- Broadband router level – it’s worth considering that if you set controls at router level (the full ‘belts and braces’ approach) it could mean that you also won’t be able to access certain content. Most broadband providers now offer free parental control packages, so speak to yours to find out what your options are.
- Device level – each device (laptop, phone, computer, tablet etc) will also have the ability to set parameters, and it’s recommended that any device your children use should have this enabled. Consider also disabling location services on phones so your child doesn’t unintentionally share their location with others.
- Application level – applications can also have age appropriate settings you can enable. Generally, you can activate and change levels depending upon your child’s age and abilities. Set up password control or disable in-app purchasing so big bills are not run up accidentally.
6) Set profile settings to private
Social media is great to share information, photos and just about everything they do. But your children need to think about the information they post online, as it could be copied and pasted anywhere without their permission – and this can have far-reaching impact (it’s very important to have a conversation about this, as they may not be aware). However, if their settings are set to private and only visible to their friends, the risks are minimised.
It’s also very important that your child is aware that it is an offence to pass on indecent images of someone under the age of 18. So if your child is sent a photo they must never send it on (even if the person in the photo asks them to). Nor must they ever send a naked photo of themselves.
It’s worth reading this advice from a lawyer on the dangers of children taking and sharing indecent photos without realising it is an offence.
7) Choose friends carefully
Children need to understand that they should only be friends with people they know and trust in the real world. So talk to your child about the friends they have online and how they know them.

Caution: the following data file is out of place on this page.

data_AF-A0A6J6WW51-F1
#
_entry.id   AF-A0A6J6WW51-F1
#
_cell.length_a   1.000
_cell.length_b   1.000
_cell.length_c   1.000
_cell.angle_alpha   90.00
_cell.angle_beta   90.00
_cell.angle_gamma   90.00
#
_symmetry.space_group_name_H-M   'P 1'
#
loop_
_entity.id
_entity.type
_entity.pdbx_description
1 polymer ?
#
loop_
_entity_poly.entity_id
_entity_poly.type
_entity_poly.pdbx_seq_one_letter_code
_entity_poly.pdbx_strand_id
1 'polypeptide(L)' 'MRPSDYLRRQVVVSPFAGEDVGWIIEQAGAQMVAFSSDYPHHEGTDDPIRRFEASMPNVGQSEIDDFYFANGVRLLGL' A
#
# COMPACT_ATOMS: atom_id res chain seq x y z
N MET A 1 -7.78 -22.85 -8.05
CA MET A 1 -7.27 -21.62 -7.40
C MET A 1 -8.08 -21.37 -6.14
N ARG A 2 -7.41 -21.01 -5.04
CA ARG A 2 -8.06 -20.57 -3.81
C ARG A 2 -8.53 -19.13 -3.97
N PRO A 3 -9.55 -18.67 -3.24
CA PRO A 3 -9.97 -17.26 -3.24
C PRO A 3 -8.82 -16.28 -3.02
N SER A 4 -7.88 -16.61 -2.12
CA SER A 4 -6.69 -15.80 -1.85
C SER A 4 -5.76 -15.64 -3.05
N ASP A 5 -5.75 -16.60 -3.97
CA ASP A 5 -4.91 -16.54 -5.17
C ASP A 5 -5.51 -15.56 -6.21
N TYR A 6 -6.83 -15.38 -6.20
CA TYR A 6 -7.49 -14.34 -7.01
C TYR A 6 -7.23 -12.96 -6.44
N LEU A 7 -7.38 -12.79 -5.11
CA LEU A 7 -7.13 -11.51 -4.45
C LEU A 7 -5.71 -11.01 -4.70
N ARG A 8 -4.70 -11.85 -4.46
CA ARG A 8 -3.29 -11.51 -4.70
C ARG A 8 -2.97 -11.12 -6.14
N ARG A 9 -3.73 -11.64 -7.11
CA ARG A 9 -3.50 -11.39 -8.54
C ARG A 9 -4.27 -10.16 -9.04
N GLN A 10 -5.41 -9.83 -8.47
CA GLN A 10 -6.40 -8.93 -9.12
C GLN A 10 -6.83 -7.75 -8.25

I am godmother to a friend’s daughter, and one of the stipulations of her going on social media was that both her mother and myself were accepted as friends so she had multiple people who could keep an eye out for potential issues.
This turned out to be a good strategy when I saw a number of unpleasant posts on her feed by some ‘friends’. I contacted her mum straight away who was able to stop the behaviour before it became too damaging. It might not be ‘cool’ but if positioned for safety with clear ground-rules on engagement on the feed it works.
8) Report inappropriate content
Learn how to report any inappropriate content or contact made to your child online. Hopefully you will never need to do this, however there are various options if you do.
On sites such as Facebook and YouTube there are ways to report content and block people. Each site is different so familiarise yourself on what you need to do. Contacting the sites is the only way you can get offensive content removed; activity can also be reported to the police via the ClickCEOP button.
This is by no means an exhaustive list and I would love to hear any top tips you have further to the ideas suggested above, so that we can share these with other parents.
Online child safety resources
Here are some more online safety resources you may find helpful:
- VPN Vanguard
- Thinkuknow (aimed at 5-17 year olds)
- Internet Matters
- National Crime Agency
Jocasta Tribe is the founder of Marketing for Mums.
Photo by Igor Starkov